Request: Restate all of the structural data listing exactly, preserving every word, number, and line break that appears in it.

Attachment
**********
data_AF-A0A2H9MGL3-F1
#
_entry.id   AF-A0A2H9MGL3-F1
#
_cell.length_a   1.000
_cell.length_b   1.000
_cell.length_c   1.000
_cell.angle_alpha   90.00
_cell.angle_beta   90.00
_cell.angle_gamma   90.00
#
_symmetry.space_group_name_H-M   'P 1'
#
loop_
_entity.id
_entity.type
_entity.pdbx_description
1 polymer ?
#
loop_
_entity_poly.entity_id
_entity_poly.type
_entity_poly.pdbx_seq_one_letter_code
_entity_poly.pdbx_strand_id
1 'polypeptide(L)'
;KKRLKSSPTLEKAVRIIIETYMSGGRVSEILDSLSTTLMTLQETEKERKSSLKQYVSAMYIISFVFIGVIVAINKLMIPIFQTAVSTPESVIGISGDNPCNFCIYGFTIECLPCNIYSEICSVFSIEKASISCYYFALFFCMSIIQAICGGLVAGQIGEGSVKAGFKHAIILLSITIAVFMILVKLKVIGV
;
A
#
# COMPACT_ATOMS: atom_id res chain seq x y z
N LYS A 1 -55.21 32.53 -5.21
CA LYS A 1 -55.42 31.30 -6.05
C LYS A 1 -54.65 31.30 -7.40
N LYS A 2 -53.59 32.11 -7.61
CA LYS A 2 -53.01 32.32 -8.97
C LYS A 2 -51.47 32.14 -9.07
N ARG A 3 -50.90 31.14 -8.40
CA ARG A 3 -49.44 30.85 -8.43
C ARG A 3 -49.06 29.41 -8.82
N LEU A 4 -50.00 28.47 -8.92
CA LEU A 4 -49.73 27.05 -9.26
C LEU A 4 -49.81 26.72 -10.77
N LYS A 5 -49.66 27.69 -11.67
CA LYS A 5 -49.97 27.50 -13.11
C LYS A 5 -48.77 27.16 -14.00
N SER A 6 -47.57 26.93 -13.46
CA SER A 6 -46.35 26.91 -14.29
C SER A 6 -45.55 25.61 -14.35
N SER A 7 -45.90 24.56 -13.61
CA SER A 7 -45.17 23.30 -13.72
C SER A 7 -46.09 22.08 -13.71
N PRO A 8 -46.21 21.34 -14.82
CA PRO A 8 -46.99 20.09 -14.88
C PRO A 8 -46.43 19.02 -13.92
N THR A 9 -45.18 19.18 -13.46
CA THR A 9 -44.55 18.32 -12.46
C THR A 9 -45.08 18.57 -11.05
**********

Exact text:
data_AF-A0A2H9MGL3-F1
#
_entry.id   AF-A0A2H9MGL3-F1
#
_cell.length_a   1.000
_cell.length_b   1.000
_cell.length_c   1.000
_cell.angle_alpha   90.00
_cell.angle_beta   90.00
_cell.angle_gamma   90.00
#
_symmetry.space_group_name_H-M   'P 1'
#
loop_
_entity.id
_entity.type
_entity.pdbx_description
1 polymer ?
#
loop_
_entity_poly.entity_id
_entity_poly.type
_entity_poly.pdbx_seq_one_letter_code
_entity_poly.pdbx_strand_id
1 'polypeptide(L)'
;KKRLKSSPTLEKAVRIIIETYMSGGRVSEILDSLSTTLMTLQETEKERKSSLKQYVSAMYIISFVFIGVIVAINKLMIPIFQTAVSTPESVIGISGDNPCNFCIYGFTIECLPCNIYSEICSVFSIEKASISCYYFALFFCMSIIQAICGGLVAGQIGEGSVKAGFKHAIILLSITIAVFMILVKLKVIGV
;
A
#
# COMPACT_ATOMS: atom_id res chain seq x y z
N LYS A 1 -55.21 32.53 -5.21
CA LYS A 1 -55.42 31.30 -6.05
C LYS A 1 -54.65 31.30 -7.40
N LYS A 2 -53.59 32.11 -7.61
CA LYS A 2 -53.01 32.32 -8.97
C LYS A 2 -51.47 32.14 -9.07
N ARG A 3 -50.90 31.14 -8.40
CA ARG A 3 -49.44 30.85 -8.43
C ARG A 3 -49.06 29.41 -8.82
N LEU A 4 -50.00 28.47 -8.92
CA LEU A 4 -49.73 27.05 -9.26
C LEU A 4 -49.81 26.72 -10.77
N LYS A 5 -49.66 27.69 -11.67
CA LYS A 5 -49.97 27.50 -13.11
C LYS A 5 -48.77 27.16 -14.00
N SER A 6 -47.57 26.93 -13.46
CA SER A 6 -46.35 26.91 -14.29
C SER A 6 -45.55 25.61 -14.35
N SER A 7 -45.90 24.56 -13.61
CA SER A 7 -45.17 23.30 -13.72
C SER A 7 -46.09 22.08 -13.71
N PRO A 8 -46.21 21.34 -14.82
CA PRO A 8 -46.99 20.09 -14.88
C PRO A 8 -46.43 19.02 -13.92
N THR A 9 -45.18 19.18 -13.46
CA THR A 9 -44.55 18.32 -12.46
C THR A 9 -45.08 18.57 -11.05